Minimum deals more fad than trend
With the threat of a lockout looming, teams won't keep nabbing talent at a discount
Player A is just two seasons removed from scoring 21.6 points per game for an NBA playoff team. As recently as 2009, Player B made the All-Star team and led the league in field goal percentage. And last season, Player C played over 20 minutes per game for the NBA's best regular-season team.
What do these NBA vets have in common? Despite their recent successes, they each signed for the NBA veteran league minimum this summer. (And in case you haven't guessed them already, the three players are, in order, Tracy McGrady, Shaquille O'Neal and Zydrunas Ilgauskas.)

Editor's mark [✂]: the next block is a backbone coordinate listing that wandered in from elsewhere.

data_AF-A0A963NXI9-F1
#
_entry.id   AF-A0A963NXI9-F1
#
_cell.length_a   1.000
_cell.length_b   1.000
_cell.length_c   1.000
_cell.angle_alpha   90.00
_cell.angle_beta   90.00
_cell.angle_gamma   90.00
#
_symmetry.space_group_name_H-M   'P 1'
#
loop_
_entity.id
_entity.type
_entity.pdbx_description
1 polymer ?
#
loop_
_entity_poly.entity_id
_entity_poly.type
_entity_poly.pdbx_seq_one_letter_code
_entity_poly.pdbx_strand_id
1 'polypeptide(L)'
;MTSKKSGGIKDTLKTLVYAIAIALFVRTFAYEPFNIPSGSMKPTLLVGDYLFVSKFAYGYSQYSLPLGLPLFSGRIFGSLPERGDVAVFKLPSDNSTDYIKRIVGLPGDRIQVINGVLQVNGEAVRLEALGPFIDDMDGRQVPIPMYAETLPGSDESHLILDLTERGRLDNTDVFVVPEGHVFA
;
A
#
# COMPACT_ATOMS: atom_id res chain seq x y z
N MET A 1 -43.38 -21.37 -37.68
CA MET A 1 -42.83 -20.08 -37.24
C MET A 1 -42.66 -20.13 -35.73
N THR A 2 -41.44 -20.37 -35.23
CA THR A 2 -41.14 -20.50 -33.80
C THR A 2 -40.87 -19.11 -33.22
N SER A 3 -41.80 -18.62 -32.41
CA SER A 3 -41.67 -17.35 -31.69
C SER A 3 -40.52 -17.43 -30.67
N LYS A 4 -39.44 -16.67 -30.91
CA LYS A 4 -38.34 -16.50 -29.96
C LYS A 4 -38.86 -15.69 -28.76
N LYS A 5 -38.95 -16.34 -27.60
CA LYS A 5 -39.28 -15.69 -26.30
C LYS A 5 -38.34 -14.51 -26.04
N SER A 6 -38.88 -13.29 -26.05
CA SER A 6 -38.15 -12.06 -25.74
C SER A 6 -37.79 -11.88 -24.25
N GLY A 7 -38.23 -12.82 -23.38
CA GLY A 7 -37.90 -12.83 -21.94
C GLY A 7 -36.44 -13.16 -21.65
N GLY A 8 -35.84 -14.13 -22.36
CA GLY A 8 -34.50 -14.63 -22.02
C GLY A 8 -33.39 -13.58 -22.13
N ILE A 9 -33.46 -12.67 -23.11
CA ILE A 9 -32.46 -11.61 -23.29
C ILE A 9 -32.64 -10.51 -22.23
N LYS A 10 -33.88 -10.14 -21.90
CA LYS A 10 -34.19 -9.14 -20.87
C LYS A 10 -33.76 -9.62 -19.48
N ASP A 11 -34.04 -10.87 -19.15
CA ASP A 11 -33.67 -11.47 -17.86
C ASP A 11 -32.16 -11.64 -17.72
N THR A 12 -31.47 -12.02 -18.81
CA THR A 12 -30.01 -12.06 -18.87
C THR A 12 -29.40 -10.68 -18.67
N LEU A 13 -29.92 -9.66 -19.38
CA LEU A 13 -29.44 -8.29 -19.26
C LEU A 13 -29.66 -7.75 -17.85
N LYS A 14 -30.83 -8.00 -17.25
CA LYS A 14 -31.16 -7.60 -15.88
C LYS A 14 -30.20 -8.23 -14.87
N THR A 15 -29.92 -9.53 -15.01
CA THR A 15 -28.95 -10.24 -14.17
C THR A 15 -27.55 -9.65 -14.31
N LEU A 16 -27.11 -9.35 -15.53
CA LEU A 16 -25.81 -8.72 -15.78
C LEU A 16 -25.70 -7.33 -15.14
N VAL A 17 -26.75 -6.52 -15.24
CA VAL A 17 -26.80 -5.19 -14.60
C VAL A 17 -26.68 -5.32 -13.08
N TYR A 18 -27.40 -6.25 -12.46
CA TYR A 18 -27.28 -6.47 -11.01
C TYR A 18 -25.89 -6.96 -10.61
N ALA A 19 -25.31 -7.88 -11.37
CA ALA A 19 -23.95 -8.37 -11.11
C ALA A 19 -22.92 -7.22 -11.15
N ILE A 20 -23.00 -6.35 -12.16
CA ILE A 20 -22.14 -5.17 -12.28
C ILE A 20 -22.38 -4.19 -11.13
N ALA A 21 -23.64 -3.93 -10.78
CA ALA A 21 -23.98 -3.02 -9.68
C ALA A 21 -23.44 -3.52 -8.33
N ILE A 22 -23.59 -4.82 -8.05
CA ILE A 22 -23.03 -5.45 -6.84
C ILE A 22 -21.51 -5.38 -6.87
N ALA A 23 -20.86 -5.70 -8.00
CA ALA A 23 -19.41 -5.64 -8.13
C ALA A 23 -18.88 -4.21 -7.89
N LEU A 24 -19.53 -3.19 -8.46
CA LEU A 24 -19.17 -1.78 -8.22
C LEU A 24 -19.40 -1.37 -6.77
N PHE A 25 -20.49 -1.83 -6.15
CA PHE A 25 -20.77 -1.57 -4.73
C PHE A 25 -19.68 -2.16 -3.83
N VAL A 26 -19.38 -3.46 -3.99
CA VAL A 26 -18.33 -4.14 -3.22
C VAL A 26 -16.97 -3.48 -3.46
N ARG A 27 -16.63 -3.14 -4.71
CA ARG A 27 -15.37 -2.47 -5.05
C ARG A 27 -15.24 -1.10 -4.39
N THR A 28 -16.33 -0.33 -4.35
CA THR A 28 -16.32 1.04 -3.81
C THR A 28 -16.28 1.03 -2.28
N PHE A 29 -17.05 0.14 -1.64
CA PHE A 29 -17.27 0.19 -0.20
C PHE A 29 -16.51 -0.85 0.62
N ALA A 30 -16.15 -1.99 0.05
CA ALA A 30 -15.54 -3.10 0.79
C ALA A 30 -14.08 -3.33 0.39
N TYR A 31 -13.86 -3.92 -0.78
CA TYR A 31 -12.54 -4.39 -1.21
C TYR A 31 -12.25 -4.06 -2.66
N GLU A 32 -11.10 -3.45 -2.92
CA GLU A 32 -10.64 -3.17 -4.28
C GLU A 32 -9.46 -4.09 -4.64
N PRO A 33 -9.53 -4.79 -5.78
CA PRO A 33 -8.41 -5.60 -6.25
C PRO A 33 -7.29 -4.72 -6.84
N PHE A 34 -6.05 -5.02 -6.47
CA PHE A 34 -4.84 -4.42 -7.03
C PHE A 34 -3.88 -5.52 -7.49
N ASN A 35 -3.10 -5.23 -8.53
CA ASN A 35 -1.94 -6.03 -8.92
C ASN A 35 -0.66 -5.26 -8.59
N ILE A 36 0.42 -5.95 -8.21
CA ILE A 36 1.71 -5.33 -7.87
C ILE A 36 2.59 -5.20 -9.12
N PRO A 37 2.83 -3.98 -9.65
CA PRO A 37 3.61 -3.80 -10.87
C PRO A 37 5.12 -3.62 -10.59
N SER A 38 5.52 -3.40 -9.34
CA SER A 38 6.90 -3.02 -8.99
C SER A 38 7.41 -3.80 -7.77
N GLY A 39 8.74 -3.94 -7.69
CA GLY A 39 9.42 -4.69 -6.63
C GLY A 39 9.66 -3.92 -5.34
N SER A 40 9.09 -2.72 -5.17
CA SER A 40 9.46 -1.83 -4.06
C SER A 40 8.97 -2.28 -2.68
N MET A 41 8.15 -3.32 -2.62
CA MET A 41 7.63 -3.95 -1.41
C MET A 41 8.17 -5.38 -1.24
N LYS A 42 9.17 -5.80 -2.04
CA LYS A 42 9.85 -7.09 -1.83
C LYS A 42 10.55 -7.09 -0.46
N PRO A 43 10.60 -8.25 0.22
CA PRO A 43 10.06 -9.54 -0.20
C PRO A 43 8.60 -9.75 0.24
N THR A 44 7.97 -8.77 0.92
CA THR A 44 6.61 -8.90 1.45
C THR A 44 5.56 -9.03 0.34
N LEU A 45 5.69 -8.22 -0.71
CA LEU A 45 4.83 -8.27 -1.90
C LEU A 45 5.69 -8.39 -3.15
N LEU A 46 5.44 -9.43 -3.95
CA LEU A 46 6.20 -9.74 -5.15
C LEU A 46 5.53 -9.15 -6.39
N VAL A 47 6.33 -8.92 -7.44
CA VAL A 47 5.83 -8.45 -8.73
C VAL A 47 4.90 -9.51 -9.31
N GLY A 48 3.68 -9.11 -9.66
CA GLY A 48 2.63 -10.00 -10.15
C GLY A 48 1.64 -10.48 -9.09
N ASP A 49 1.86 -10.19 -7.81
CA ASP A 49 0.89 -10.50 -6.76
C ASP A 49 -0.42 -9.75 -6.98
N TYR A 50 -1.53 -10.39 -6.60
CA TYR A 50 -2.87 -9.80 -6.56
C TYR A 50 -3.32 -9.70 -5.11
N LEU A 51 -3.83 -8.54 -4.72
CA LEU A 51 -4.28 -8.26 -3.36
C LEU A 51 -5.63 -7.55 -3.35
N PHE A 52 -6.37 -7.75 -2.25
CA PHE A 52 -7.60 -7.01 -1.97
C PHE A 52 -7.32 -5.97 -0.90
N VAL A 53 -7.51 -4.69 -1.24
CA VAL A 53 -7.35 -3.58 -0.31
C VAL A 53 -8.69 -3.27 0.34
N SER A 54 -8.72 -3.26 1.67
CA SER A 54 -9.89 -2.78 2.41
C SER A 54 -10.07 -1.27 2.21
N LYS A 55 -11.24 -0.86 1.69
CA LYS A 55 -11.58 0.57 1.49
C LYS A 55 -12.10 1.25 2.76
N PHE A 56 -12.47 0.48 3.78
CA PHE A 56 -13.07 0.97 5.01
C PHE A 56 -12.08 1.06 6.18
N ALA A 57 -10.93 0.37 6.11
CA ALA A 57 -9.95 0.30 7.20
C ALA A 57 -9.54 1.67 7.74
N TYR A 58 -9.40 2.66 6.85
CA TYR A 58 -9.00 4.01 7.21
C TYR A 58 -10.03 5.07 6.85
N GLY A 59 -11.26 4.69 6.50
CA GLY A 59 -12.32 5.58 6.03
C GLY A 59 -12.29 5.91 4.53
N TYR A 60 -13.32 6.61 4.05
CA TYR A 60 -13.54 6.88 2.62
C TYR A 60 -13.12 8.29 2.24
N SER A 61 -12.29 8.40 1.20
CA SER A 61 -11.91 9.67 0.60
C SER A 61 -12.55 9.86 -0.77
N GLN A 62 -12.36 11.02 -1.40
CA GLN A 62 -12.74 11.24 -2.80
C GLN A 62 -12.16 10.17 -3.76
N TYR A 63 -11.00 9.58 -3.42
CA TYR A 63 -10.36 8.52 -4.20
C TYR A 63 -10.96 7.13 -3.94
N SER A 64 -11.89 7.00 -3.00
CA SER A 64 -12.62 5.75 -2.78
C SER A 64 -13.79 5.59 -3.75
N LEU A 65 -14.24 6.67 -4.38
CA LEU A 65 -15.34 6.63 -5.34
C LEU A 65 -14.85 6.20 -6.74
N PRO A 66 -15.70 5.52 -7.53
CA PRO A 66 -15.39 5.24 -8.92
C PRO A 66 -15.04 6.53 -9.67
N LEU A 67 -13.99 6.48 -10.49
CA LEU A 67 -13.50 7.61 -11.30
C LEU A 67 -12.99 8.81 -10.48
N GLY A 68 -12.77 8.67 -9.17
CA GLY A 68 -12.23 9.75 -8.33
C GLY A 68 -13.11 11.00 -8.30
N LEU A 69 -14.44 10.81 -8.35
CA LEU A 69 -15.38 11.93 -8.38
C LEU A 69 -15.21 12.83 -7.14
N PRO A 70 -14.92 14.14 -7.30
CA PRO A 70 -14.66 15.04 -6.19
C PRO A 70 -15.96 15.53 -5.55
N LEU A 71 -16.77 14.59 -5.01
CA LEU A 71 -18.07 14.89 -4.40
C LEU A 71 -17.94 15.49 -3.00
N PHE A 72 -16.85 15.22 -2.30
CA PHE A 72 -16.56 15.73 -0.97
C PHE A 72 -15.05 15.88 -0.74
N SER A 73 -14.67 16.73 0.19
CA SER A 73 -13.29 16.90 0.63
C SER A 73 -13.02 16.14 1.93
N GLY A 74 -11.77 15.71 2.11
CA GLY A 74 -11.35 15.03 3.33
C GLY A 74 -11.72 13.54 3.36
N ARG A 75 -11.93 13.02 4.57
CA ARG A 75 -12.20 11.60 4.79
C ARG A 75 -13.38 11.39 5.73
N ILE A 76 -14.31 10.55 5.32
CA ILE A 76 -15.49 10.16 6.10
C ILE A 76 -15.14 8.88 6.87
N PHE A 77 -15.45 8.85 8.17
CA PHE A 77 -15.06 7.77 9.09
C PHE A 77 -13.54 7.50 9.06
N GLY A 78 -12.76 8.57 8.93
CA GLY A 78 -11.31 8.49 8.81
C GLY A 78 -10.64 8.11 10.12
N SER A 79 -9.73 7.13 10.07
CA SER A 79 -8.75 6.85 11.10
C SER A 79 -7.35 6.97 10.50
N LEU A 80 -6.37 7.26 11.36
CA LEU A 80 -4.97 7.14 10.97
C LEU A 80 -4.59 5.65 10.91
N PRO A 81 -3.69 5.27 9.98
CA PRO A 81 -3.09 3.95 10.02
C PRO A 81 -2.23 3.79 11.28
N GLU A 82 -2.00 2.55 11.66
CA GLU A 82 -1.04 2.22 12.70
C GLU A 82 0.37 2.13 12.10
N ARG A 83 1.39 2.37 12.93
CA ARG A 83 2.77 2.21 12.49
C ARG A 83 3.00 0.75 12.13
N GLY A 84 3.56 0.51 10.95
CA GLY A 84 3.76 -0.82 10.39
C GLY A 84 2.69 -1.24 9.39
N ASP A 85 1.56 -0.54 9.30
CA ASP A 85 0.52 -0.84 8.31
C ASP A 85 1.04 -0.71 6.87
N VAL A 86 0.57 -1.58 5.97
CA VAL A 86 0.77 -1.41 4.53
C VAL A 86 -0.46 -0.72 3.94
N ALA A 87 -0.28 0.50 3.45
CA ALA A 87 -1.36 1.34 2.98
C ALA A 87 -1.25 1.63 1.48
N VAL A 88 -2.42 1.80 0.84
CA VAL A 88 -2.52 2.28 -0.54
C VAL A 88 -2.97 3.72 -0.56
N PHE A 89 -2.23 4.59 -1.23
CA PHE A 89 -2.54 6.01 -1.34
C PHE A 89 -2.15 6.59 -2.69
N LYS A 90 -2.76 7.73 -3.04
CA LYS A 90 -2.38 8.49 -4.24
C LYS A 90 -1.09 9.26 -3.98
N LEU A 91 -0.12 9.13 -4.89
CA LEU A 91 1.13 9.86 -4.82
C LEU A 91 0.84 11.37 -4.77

In the case of McGrady, the precipitous deterioration of his health and skills led to his basement deal, which is nothing new in the NBA.
However, the minimum deals inked by O'Neal and Ilgauskas signal a significant ripple effect from the summer's realignment. That is, the NBA veteran minimum exception is no longer just reserved for old timers desperate for a handout. Instead, the exception now opens the door for quality veterans to join a team bound for all-time greatness, as long as they're willing to stomach the comparatively low salary -- and a hit to their ego. But what does that mean for the future?
To read about why big-name veterans taking minimum contracts won't be a trend, and how much teams can expect to get out of those players, sign up for ESPN Insider today.
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